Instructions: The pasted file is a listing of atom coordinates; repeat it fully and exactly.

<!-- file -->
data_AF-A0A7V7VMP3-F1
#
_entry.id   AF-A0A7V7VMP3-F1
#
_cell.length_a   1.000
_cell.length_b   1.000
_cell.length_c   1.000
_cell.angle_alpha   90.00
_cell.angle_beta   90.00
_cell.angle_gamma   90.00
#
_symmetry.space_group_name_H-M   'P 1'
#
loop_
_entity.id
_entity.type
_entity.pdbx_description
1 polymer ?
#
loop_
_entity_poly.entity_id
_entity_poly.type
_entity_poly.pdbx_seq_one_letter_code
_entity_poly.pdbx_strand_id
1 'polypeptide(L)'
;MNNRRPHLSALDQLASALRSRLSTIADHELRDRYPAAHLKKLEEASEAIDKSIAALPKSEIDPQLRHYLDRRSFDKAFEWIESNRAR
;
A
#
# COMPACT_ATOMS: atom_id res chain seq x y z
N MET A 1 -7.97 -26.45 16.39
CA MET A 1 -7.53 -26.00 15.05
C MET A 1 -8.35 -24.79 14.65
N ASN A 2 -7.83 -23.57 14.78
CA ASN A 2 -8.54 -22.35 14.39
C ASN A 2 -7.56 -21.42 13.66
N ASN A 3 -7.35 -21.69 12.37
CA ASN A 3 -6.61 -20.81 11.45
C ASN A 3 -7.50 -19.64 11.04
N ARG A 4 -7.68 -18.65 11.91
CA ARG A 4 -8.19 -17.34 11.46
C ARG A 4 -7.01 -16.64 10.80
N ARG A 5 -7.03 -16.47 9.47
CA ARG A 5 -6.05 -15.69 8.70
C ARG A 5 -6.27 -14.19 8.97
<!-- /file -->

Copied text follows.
data_AF-A0A7V7VMP3-F1
#
_entry.id   AF-A0A7V7VMP3-F1
#
_cell.length_a   1.000
_cell.length_b   1.000
_cell.length_c   1.000
_cell.angle_alpha   90.00
_cell.angle_beta   90.00
_cell.angle_gamma   90.00
#
_symmetry.space_group_name_H-M   'P 1'
#
loop_
_entity.id
_entity.type
_entity.pdbx_description
1 polymer ?
#
loop_
_entity_poly.entity_id
_entity_poly.type
_entity_poly.pdbx_seq_one_letter_code
_entity_poly.pdbx_strand_id
1 'polypeptide(L)'
;MNNRRPHLSALDQLASALRSRLSTIADHELRDRYPAAHLKKLEEASEAIDKSIAALPKSEIDPQLRHYLDRRSFDKAFEWIESNRAR
;
A
#
# COMPACT_ATOMS: atom_id res chain seq x y z
N MET A 1 -7.97 -26.45 16.39
CA MET A 1 -7.53 -26.00 15.05
C MET A 1 -8.35 -24.79 14.65
N ASN A 2 -7.83 -23.57 14.78
CA ASN A 2 -8.54 -22.35 14.39
C ASN A 2 -7.56 -21.42 13.66
N ASN A 3 -7.35 -21.69 12.37
CA ASN A 3 -6.61 -20.81 11.45
C ASN A 3 -7.50 -19.64 11.04
N ARG A 4 -7.68 -18.65 11.91
CA ARG A 4 -8.19 -17.34 11.46
C ARG A 4 -7.01 -16.64 10.80
N ARG A 5 -7.03 -16.47 9.47
CA ARG A 5 -6.05 -15.69 8.70
C ARG A 5 -6.27 -14.19 8.97